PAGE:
… When it comes to the Olympics!
At the London 2012 Olympics, Britain will not be able to field a football team that is truly representative of Britain, as the team will have to be made up of Englishmen alone. Why? The BBC notes that
“Other home nations do not want to be involved as they are fearful of threats to their individual status within Fifa.”
So they are more content to remain independent than be a member of a united British entity. Sounds awfully familiar, doesn’t it?
“But [the FA General Secretary] was hopeful that the governing bodies of Scotland, Wales and Northern Ireland will soften their stance on the squad being made up exclusively of English players.”
I would suggest that this is unlikely at best. In a statement released today– fittingly enough, to the BBC – the FAW stressed the fact that
“… the Football Association of Wales maintains Welsh players will not be allowed to play for Great Britain.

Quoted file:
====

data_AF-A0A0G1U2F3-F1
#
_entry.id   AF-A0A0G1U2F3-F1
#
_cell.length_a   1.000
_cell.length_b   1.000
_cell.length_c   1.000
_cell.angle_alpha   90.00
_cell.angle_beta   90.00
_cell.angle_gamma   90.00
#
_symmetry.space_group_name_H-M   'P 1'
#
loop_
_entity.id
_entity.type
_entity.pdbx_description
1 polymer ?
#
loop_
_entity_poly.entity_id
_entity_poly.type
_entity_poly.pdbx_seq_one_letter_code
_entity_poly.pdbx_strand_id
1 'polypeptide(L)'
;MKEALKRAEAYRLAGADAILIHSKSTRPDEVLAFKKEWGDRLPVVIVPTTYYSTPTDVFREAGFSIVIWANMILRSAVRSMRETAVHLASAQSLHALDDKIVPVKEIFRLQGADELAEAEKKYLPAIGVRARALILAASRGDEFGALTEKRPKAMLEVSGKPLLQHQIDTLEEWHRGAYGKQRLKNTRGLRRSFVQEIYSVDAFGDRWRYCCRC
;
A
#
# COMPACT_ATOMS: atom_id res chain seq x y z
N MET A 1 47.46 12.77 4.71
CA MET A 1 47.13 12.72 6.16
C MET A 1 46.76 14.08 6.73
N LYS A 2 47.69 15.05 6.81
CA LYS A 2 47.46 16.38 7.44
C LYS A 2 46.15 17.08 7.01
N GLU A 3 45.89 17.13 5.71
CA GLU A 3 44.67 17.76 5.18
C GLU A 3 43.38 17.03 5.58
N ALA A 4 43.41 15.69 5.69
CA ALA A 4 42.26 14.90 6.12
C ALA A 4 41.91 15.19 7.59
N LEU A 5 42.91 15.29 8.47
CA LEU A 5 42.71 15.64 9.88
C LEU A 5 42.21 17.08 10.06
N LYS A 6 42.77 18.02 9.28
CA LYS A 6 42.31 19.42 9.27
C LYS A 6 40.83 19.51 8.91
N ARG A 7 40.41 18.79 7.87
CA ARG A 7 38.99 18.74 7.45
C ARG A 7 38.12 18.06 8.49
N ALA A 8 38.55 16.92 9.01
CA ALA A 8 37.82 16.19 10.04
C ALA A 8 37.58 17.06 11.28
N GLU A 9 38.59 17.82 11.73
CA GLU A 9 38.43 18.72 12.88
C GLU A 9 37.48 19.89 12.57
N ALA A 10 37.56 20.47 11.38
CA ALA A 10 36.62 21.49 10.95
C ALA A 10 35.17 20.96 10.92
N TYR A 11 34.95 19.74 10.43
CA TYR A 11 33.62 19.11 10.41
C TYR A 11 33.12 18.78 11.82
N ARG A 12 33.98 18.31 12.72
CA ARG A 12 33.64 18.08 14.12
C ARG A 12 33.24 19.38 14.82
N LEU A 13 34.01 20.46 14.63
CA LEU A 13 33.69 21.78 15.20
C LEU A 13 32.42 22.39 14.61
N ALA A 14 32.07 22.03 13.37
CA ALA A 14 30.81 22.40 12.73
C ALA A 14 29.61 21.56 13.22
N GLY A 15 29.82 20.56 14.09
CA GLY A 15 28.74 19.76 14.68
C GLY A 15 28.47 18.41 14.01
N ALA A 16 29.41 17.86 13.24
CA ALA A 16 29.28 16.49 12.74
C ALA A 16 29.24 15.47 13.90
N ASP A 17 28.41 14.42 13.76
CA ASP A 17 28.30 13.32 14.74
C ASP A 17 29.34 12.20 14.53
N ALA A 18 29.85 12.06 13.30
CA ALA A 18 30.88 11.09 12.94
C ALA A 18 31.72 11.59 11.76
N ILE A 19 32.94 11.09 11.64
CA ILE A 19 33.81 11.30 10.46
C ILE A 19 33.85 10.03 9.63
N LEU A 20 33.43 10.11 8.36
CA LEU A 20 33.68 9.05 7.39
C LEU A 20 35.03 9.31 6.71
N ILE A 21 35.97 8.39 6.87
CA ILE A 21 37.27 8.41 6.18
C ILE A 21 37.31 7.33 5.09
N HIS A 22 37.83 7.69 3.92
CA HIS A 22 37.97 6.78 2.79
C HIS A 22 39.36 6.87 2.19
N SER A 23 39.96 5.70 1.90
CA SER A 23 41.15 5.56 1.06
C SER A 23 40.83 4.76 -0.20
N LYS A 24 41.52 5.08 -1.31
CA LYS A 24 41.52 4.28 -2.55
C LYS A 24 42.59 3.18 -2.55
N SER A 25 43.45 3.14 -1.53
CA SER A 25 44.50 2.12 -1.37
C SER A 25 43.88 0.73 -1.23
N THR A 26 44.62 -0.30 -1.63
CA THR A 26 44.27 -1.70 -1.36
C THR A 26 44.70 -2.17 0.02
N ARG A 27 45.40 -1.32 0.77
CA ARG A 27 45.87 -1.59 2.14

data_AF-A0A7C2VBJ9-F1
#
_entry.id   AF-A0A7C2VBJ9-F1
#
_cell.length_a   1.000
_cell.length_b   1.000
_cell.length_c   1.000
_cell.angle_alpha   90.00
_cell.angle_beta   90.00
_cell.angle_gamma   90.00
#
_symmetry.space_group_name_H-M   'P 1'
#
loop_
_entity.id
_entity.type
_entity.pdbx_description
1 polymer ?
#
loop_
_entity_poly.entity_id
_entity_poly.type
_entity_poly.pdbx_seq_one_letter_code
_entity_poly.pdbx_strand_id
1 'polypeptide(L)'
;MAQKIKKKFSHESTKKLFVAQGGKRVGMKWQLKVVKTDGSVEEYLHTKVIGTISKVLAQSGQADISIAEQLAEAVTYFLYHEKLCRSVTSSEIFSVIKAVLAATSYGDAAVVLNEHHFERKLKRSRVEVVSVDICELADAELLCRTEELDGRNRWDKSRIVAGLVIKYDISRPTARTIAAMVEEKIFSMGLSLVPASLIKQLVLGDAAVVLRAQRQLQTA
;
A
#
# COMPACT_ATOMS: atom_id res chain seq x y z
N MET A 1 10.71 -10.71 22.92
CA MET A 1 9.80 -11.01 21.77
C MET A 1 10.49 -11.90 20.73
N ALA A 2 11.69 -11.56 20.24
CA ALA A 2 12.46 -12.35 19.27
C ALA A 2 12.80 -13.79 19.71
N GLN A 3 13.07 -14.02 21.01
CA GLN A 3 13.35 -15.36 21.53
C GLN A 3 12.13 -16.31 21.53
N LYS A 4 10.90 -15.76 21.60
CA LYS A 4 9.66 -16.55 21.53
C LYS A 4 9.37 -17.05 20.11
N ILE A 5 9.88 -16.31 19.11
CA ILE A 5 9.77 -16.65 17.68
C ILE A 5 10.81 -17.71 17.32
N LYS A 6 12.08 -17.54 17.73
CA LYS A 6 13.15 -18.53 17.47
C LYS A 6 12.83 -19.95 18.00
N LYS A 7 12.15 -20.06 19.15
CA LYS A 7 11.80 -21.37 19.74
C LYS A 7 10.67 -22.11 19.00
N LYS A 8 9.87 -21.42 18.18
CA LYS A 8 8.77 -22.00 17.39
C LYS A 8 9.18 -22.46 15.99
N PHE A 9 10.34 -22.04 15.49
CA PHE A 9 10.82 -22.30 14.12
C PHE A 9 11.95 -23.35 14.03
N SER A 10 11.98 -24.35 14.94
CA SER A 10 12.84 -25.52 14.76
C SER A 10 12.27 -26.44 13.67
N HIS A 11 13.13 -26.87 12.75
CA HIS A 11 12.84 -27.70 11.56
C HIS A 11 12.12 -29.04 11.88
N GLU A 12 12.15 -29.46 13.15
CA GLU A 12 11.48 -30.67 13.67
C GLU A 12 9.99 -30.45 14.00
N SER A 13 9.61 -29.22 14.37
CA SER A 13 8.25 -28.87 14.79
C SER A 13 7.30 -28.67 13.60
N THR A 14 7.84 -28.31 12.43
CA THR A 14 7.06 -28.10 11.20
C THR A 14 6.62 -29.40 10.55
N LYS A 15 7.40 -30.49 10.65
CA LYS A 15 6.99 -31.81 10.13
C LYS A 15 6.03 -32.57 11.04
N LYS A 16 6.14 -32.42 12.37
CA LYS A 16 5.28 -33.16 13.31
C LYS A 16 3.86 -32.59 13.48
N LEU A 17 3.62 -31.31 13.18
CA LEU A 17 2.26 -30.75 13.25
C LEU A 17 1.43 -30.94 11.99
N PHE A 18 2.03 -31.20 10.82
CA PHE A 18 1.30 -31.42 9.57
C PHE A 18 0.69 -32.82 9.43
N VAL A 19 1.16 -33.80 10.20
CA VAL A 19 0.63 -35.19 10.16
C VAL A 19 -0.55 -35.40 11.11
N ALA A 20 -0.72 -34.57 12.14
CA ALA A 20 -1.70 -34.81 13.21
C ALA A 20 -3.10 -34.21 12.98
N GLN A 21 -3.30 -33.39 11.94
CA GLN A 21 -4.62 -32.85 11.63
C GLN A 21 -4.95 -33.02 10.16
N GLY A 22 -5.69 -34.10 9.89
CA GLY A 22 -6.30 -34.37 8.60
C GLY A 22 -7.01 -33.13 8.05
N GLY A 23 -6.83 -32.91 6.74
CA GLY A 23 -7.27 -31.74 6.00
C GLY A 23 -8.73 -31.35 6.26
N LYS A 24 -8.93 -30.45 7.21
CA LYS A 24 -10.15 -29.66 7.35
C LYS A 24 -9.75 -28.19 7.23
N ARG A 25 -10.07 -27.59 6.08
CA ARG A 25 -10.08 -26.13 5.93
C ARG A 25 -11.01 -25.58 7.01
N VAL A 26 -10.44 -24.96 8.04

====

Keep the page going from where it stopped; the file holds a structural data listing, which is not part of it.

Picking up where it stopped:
“Our position on this has not changed and is unlikely to change,” said FAW chief executive Jonathan Ford.
“There is no drive for us to change our position.””
Perhaps in light of a coming referendum on increased Welsh devolution, this is a telling sign of the times. Not just for Wales.
The connection of sport (and football in particular) to concepts of nationhood is certainly not a new one, particularly in the case of England. Ever since Crosses of St. George began replacing Union Jacks at Italia ’90, and in other sports before that, the position has been one of reductio ad absurdum. Many people, ranging from commentators to English nationalists, note or bemoan the fact that England is a ’90-minute nation’; one whose identity can only be expressed in a distinct and meaningful way through sport. So how are we to read this latest setback for the ‘nation’ of Britain- one that cannot even muster sufficient unity to field a football team for a tournament of little footballing importance, at the most important sporting event in London’s recent history? It is telling.
On the bright side, it is perhaps fitting that the nation that founded the formal rules of the sport that it has given to the rest of the world – possibly the greatest cultural export this country has ever produced – will in some way shape or form be represented at the world’s foremost sporting tournament, albeit under the antequated mask of ‘Britain’.
Perhaps one day we will see an English Olympic team for the first time. Until then, as in the realm of politics, we shall have to make do with watching Englishmen carry the hopes of the nation of Britain on their shoulders, and its banners on their chests.